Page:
REVIEW: Bob Dylan and Mark Knopfler turn Rexall into great night at the folk fest
They’re usually past their prime, don’t have the chops that they used to have, so they hire a kickass back-up band to cover for them. Or they rely on their artistic credentials to put on a sloppy show. It’s kind of sad. You wish that they would just call it quits and stay home.
None of this applies to Bob Dylan.
At Rexall Place on Tuesday for his Never-Ending Tour, he lived up to his legendary image, impressing not just longtime fans but many in the crowd who were there only to be able to say they saw Dylan at least once in their lives.
The voice of the boomer generation was a bit gravelly, but it did not disappoint. Dressed like a gentleman gunslinger from the Old West – think Richard Harris in Unforgiven with a white hat – Dylan ran through a varied set, relying on many old tunes, but changing the arrangements to add spice to those old reliable recipes. The man himself was typically low key, spending half of the concert stuck behind his keyboard. Even the lighting was low-key, no follow spots, no vari-lights changing colours and shapes, no strobes. A series of stand-alone lamps surrounding the stage created an intimate setting in the midst of a 15,000 seat hockey arena.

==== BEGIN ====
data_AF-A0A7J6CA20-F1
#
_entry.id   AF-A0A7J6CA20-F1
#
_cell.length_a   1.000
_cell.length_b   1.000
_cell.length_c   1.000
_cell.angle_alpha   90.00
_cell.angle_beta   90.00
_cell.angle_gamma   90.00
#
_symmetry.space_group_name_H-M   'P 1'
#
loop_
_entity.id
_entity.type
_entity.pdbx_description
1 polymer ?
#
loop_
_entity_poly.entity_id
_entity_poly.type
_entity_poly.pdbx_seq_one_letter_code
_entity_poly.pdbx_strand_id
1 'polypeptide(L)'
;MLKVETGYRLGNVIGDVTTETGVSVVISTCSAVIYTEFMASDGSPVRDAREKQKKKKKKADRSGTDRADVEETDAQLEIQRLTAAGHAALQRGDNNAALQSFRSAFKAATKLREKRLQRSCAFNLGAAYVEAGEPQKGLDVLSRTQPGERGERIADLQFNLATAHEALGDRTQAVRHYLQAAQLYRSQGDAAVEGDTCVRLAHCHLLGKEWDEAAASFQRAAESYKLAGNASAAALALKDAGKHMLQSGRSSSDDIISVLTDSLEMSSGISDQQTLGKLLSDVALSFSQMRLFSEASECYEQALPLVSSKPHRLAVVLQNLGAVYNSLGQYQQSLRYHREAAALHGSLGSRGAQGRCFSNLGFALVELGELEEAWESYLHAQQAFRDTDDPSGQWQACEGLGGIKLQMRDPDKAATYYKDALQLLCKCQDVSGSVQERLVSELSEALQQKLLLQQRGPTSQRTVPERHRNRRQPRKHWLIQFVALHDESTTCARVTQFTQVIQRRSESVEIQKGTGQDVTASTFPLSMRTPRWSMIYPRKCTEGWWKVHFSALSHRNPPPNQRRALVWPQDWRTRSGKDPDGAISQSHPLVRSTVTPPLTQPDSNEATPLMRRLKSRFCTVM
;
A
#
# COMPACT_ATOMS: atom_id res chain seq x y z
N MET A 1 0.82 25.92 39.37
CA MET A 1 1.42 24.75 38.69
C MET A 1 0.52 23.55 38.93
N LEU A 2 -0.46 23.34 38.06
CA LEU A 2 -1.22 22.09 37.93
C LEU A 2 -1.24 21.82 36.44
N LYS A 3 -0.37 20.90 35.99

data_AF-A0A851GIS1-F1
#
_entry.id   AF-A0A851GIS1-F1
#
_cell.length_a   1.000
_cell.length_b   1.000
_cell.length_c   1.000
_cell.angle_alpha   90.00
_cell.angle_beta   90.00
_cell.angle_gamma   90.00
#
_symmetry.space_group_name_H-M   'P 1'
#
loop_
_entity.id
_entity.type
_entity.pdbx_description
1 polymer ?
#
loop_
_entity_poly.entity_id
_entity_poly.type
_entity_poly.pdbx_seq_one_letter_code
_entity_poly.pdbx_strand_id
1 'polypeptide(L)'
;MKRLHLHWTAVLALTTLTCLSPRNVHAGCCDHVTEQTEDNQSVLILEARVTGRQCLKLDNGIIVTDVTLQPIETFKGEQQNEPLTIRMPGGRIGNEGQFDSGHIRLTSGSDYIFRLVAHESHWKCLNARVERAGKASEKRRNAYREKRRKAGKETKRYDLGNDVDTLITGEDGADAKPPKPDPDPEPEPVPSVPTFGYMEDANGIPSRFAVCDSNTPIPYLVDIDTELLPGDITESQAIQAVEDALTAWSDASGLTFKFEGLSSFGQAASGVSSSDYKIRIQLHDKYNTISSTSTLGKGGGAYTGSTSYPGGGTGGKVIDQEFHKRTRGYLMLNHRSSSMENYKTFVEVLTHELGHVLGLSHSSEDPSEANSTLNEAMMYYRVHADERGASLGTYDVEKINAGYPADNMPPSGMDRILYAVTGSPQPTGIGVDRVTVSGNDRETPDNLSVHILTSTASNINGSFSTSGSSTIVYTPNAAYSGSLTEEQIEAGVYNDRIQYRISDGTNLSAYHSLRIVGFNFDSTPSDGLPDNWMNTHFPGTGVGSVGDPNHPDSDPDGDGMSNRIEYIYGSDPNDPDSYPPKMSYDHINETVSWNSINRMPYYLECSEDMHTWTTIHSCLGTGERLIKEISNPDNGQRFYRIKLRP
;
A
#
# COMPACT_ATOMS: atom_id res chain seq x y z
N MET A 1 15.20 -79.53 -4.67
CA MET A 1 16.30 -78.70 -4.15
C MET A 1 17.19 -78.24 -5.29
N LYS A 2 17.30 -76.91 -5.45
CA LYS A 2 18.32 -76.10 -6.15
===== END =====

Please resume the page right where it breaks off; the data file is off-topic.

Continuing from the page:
Even so, Dylan seemed quite animated, bouncing up and down on his piano through several songs, hitting his solos with a tightness that hasn’t been seen in years. And when he stepped out into centre stage, he exuded a presence, a powerful charisma that drew the attention of everyone in the arena. He even cast a few poses, nothing fancy, mind you, ‘cause this is Bob Dylan. But when he pulled out his harmonica and started to blow, there was no doubt that this was greatness personified.
Dylan did have a bit of help from the warm-up act. Former Dire Straits frontman Mark Knopfler and his crack seven-piece took to the stage first, probably the first time that almost the entire crowd were in their seats to catch an opening act. Knopfler was almost legendary himself, cool, collected, one of the greatest guitarists in living memory, relying almost entirely from his post Dire Straits catalogue, save one, to set the stage for the headliner. Knopfler was so impressive there were worries that this would be one of those moments when the opener overshadowed the headliner.
But that didn’t happen.
Bob Dylan was excellent, confirming to his diehard fans that the legend still lives, and suitably impressing people who weren’t expecting much.
In a sense it was just like a night at the folk fest: A night when a great mainstage band is followed by an even greater mainstage act – and everyone goes home happy, despite the rain.